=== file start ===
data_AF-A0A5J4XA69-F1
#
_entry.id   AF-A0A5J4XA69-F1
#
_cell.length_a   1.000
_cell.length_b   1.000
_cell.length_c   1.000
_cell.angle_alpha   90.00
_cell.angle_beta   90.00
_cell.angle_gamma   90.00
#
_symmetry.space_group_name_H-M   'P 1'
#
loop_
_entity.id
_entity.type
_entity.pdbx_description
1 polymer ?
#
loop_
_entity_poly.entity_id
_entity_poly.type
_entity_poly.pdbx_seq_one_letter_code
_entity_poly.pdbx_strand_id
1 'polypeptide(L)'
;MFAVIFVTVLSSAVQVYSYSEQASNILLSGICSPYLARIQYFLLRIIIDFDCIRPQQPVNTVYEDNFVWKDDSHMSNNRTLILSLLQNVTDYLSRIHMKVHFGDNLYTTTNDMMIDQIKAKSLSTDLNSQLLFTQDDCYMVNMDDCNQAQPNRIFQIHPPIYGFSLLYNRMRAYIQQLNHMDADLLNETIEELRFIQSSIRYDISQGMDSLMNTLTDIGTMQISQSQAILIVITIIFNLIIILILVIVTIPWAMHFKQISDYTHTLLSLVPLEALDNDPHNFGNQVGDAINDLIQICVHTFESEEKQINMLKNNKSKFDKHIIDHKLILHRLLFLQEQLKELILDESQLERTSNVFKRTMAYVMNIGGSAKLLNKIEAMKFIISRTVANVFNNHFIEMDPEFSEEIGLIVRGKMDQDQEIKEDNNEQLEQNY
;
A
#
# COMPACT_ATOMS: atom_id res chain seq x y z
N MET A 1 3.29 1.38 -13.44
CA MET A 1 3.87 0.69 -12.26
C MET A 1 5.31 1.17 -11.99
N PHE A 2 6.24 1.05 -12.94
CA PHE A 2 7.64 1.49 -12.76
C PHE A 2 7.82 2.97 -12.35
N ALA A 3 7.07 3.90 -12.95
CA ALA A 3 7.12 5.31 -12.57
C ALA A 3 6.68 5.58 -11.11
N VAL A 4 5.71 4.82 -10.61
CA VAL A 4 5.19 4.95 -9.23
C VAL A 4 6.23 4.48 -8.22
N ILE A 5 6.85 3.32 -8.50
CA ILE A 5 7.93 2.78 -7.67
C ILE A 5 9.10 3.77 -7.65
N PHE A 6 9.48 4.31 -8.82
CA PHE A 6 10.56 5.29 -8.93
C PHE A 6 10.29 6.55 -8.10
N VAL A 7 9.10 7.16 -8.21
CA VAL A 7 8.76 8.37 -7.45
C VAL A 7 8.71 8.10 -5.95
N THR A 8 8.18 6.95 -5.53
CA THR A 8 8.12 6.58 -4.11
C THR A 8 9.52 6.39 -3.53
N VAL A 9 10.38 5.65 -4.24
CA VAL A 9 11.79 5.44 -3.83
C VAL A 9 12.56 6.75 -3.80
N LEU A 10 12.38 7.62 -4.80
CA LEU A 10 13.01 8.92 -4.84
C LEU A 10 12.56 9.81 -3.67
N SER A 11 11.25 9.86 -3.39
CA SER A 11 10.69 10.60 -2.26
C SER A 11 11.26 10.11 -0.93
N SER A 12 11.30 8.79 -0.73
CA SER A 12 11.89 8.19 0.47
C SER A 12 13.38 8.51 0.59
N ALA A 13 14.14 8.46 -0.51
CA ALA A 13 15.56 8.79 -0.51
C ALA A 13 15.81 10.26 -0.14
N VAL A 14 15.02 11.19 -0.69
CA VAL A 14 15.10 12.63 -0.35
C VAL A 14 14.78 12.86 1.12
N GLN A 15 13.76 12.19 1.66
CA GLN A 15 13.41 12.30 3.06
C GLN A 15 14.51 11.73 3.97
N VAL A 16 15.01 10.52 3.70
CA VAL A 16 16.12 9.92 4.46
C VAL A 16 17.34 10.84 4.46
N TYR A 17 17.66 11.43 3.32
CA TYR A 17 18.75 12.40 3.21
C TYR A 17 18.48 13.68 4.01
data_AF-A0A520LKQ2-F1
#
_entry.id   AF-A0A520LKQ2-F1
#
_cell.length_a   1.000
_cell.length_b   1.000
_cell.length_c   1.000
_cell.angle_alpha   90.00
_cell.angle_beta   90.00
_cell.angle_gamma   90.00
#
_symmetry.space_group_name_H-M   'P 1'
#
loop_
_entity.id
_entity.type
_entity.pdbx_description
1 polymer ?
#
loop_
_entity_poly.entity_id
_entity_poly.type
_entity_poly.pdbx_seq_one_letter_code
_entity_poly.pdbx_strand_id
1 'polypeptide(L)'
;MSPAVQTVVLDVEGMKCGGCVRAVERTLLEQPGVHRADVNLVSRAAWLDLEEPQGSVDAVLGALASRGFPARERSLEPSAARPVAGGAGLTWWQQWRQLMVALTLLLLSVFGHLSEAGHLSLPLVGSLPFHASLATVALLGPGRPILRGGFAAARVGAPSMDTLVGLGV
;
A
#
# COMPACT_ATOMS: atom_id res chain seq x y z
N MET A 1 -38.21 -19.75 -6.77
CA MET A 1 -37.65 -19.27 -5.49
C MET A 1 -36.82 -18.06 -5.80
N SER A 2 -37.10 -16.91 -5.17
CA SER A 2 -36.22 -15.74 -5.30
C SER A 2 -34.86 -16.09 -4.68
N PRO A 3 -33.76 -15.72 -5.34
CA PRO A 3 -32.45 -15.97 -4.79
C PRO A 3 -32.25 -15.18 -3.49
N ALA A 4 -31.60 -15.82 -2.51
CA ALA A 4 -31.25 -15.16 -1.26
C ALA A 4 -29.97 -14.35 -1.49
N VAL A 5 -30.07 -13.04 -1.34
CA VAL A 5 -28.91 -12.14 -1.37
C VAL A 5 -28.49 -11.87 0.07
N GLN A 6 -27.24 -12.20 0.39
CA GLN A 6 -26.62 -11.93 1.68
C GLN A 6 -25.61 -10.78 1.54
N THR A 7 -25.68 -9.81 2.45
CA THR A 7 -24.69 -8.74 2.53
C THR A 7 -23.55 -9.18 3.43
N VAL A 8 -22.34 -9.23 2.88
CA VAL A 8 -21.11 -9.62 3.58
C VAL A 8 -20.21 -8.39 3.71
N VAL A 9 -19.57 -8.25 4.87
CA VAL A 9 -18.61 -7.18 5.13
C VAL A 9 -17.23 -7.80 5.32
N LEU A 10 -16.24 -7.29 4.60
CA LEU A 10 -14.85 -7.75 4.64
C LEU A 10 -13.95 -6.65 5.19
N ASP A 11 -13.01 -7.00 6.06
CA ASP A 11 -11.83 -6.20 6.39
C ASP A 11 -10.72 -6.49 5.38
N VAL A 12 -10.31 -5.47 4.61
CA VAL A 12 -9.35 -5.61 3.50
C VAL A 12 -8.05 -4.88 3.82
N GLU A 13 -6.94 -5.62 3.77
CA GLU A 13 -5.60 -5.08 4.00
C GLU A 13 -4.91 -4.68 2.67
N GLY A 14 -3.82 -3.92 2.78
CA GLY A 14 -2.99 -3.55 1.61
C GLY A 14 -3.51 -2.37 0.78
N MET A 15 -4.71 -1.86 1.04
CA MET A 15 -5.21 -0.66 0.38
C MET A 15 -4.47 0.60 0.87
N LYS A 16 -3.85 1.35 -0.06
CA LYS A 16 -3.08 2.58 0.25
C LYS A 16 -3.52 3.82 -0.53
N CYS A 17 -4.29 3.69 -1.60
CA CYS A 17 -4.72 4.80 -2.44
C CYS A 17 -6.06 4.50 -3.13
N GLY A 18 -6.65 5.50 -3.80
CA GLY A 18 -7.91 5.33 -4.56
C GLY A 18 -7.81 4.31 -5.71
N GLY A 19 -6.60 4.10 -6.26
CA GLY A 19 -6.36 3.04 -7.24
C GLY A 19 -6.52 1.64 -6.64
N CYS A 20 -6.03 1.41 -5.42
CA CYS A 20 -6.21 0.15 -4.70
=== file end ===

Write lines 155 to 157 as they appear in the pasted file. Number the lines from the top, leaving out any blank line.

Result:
CA MET A 15 -5.21 -0.66 0.38
C MET A 15 -4.47 0.60 0.87
N LYS A 16 -3.85 1.35 -0.06